The Internet is now available in Kampala, vastly improving my communication with the outside world. Four years after my arrival, I began building my own small brick house on a forested plot, and gardening African crops, bananas, pineapple, coffee, peanuts, living with the agricultural tribes in my area, primarily the Baganda.
There is limited access to medical care in Uganda, especially in the rural areas, resulting in Uganda having one of the lowest life expectancy rates in the world. Heavily impacted by malaria, AIDS, malnutrition, and pregnancy-related deaths, there was much to be taught in the villages, and meanwhile, I have learned much about African culture and lifestyle, language, and the impact of 20 years of brutal civil war.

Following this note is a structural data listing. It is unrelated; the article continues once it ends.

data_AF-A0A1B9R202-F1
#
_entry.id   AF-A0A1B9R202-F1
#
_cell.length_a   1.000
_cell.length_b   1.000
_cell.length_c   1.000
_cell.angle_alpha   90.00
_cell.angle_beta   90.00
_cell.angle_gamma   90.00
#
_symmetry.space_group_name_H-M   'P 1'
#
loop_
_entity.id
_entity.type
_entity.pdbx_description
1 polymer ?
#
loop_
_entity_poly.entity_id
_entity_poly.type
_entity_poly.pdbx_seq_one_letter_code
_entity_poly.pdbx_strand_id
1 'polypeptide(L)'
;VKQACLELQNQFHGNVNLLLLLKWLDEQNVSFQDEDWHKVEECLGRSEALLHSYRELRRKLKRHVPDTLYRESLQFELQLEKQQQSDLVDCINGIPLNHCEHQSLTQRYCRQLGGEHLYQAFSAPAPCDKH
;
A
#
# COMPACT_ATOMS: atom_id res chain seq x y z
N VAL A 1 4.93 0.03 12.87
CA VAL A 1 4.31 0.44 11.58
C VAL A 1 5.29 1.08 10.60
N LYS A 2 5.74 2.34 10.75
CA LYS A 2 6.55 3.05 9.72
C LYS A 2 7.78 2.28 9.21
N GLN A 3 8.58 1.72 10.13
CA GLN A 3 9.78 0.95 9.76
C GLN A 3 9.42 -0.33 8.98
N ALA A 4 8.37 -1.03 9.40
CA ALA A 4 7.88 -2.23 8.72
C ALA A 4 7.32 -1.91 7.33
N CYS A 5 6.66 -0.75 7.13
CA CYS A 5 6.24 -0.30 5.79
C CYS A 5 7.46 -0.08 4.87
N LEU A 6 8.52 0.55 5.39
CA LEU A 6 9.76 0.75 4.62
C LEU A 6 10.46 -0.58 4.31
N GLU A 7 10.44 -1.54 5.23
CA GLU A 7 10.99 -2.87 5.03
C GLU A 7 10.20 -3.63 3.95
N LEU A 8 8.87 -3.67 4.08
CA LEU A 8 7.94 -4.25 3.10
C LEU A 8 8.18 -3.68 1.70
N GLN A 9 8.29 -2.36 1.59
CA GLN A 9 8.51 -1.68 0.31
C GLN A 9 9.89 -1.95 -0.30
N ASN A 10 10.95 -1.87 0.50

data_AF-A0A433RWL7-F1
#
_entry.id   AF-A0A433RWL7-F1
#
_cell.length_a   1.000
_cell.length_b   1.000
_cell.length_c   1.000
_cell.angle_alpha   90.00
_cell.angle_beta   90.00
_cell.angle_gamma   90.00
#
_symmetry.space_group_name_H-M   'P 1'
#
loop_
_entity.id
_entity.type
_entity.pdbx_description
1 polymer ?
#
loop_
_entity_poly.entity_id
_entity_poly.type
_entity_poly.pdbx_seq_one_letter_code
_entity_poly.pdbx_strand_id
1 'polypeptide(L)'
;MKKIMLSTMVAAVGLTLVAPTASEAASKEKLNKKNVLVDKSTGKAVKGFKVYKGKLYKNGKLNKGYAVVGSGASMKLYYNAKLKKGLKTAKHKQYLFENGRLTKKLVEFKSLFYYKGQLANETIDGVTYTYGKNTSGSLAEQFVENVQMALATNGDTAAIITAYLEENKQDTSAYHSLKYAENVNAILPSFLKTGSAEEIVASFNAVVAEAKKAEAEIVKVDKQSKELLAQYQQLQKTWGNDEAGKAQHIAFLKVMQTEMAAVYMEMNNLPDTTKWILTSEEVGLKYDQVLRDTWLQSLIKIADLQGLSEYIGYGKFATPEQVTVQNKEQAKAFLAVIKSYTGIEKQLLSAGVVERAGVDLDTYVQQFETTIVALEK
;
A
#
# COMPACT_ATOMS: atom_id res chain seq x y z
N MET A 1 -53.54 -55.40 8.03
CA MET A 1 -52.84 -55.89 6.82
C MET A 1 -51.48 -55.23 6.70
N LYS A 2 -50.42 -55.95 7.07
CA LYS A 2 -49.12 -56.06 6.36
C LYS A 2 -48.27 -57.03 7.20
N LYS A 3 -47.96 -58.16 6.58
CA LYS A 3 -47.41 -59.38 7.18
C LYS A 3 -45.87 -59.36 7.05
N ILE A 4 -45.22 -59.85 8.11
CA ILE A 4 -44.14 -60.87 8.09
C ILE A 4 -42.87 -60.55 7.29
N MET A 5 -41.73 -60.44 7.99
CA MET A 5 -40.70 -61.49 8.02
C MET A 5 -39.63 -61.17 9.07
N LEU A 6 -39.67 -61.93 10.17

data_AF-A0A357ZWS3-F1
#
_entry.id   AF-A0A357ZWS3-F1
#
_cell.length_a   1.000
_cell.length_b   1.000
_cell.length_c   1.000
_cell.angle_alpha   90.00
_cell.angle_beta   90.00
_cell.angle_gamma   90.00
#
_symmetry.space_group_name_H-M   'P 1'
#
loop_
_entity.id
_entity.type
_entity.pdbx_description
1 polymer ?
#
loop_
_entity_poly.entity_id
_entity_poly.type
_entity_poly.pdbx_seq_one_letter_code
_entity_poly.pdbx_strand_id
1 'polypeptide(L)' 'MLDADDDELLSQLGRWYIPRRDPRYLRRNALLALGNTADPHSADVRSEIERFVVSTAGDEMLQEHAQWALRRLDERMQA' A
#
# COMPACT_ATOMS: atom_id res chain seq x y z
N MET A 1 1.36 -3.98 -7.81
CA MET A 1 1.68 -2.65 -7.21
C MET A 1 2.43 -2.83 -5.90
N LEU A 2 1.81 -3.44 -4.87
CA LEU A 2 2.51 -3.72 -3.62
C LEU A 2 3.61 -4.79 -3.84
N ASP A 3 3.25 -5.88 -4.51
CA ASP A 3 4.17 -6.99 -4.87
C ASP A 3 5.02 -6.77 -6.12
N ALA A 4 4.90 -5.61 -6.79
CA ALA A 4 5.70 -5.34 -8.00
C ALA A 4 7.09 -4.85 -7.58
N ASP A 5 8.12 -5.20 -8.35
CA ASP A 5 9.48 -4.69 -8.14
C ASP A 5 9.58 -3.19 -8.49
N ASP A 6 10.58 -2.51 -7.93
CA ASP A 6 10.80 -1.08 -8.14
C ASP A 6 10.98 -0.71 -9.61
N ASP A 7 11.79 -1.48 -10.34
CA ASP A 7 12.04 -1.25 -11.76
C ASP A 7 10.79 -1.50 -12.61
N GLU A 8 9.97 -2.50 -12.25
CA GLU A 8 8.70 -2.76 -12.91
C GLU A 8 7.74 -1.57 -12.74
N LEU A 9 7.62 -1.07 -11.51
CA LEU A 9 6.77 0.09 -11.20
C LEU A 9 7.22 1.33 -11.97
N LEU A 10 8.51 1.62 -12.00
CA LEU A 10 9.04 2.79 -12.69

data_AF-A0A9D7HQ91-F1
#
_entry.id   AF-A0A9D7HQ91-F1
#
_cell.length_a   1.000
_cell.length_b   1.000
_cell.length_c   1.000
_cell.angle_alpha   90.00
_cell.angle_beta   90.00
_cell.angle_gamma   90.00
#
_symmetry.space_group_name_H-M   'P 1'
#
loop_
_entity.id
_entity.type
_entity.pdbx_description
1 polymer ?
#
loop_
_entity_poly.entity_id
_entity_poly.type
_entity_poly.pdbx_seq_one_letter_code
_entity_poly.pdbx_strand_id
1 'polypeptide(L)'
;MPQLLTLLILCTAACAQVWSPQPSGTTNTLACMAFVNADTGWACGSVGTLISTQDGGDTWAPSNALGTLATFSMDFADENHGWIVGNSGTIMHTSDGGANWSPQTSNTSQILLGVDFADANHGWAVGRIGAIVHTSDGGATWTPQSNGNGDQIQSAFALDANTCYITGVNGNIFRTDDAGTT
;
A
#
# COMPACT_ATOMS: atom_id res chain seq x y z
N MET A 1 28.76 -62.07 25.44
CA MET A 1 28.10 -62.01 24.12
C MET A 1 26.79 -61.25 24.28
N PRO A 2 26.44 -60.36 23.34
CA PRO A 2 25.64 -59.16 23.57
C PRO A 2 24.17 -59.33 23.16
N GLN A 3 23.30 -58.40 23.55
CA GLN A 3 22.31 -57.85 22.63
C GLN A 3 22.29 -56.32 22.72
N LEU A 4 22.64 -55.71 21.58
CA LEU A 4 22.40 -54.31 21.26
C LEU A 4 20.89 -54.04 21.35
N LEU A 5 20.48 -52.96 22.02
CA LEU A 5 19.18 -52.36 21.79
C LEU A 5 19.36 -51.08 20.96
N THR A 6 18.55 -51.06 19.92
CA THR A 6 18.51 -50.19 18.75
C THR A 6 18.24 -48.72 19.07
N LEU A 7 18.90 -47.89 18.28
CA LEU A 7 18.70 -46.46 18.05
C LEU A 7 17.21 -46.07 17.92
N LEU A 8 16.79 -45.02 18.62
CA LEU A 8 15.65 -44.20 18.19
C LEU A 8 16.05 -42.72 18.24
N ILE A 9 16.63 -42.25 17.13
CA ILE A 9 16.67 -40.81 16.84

For several years the majority of my work and ministry was in 3 areas, teaching in a small village church, New Life Centre Church, serving with the school and orphan project through that church, New Life Academy, and advising with the emergency first aid and rescue project, Samaritan Emergency Volunteer Organization (SEVO). I am no longer devoting time to SEVO, and it is operating independently. Due to circumstances beyond our control, in 2009 we had to close New Life Academy. Please click on side bar for information on the history of these ministries.